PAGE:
Former Director General of the Ministry of Finance
Liberal | 01.07.2019
In case it is realized, the West Bank annexation is an economic idiocy that will harm every household in Israel.
One of the key reasons for the thriving and growth of the Israeli economy lies in the government’s responsible budget policy, along with the increasing weight of the civilian budget at the expense of the defense budget. The results of this policy came to be expressed in growth accompanied by stable prices, in a dramatic reduction in the debt-to-GDP ratio, in an improvement in the standard of living, and in a resilience in the face of external crises. All these achievements will very likely be lost if a decision is taken to annex all or part of the West Bank. In effect, it would be a true U-turn in policy and the consequences are likely to resemble the “lost decade” following the Yom Kippur War, when the Israeli economy stagnated as a result of the sharp rise in the defense budget.
A senior economic team, which advised a study regarding a future annexation, concluded that what might start with a partial annexation would trigger a domino effect, and end with an Israeli takeover of the entire territory and management of the lives of its millions of Palestinian residents, with devastating consequences to the Israeli economy. Such steps would harm the quality of life and force a drastic drop in the standard of living of every household in Israel. In other words, beyond the security and diplomatic impact, as well as the demographic consequences, the annexation of the territories constitutes economic stupidity.
Provision of regular services: the additional annual budget required to finance the security aspects involved in controlling the occupied territories, as well as providing services to its 2.6 million Palestinian residents, assuming that they will be entitled to the same rights as “permanent residents” (similar to the status of Palestinian residents in East Jerusalem), will total approximately NIS 52 billion (after the offset of direct and indirect taxes collected from Palestinians). This amounts to a budget supplement of 12.8% over the 2018 state budget. The average annual damage to each household in Israel will be about NIS 26,000, which means an “annexation tax” of sorts of about NIS 2,200 per month per household!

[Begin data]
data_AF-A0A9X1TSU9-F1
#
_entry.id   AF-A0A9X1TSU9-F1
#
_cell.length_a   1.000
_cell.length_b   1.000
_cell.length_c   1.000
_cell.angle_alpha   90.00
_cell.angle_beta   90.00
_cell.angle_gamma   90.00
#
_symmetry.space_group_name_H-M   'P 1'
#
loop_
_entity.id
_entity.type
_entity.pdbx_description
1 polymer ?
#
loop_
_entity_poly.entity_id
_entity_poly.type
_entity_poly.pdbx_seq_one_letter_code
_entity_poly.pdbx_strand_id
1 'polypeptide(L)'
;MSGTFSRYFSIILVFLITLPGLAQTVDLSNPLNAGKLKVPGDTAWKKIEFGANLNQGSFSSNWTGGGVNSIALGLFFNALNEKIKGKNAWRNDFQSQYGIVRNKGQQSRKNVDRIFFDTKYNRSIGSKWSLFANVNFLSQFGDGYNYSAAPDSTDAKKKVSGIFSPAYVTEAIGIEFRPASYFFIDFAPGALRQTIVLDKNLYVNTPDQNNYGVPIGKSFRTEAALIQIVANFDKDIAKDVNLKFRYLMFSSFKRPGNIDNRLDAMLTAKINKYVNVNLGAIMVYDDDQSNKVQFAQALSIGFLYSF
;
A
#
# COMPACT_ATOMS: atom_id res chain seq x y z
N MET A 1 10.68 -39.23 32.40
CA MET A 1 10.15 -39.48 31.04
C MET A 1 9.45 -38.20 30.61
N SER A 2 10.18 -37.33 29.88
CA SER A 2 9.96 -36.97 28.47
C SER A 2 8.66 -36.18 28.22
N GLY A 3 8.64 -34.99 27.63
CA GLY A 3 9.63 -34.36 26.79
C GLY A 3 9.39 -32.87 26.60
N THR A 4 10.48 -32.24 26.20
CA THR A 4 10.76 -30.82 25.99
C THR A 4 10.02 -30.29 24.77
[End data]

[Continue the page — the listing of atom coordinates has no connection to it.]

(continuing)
Security infrastructures: a one-time allocation of NIS 32 billion would be required for the takeover and financing of a new 1,800-km border fence around the 169 “islands” of Palestinian towns and villages, known as Areas A and B and surrounded by Area C (where the Israeli settlements are located).
A blow to growth: following the most conservative estimate, based on the economic consequences of the second intifada and Operation Protective Edge, an annexation scenario would ignite a multiyear wave of violence that will deal a blow of no less than NIS 40 billion to the Israeli economy as a result of reduced foreign investment, a drop in GDP, deterioration in Israeli companies’ creditworthiness, boycott damage, etc. During this period, private consumption per capita will drop by more than 20%, sending the Israeli economy decades backward, in addition to the harm caused to the standard of living of every citizen and resident. The strength of the economy as a whole would be compromised, as well as its resilience to shocks.
To meet the required budget in such a scenario, the government and Knesset will face two difficult alternatives: they will either put the entire burden on Israel’s citizens by imposing tax hikes and by cutting social services, acts which will mostly harm the lower and middle classes, or they will enact legislation that would deny 2.6 million Palestinians their legal rights.
The first alternative will very probably damage the social fabric of Israel, and result in powerful social protests the likes of which the country has never seen. The second alternative would be considered as Apartheid by the region, the world, and extensive segments of the Israeli public, and will most likely result in harsh international reaction which will further worsen the economic impact of the annexation.
Whether the economic burden is imposed on the public, or discrimination by law is applied, the strong and thriving Israeli economy we know today will be no more, and the price of a decision to annex millions of Palestinians would be paid, big time, by all of Israel’s citizens.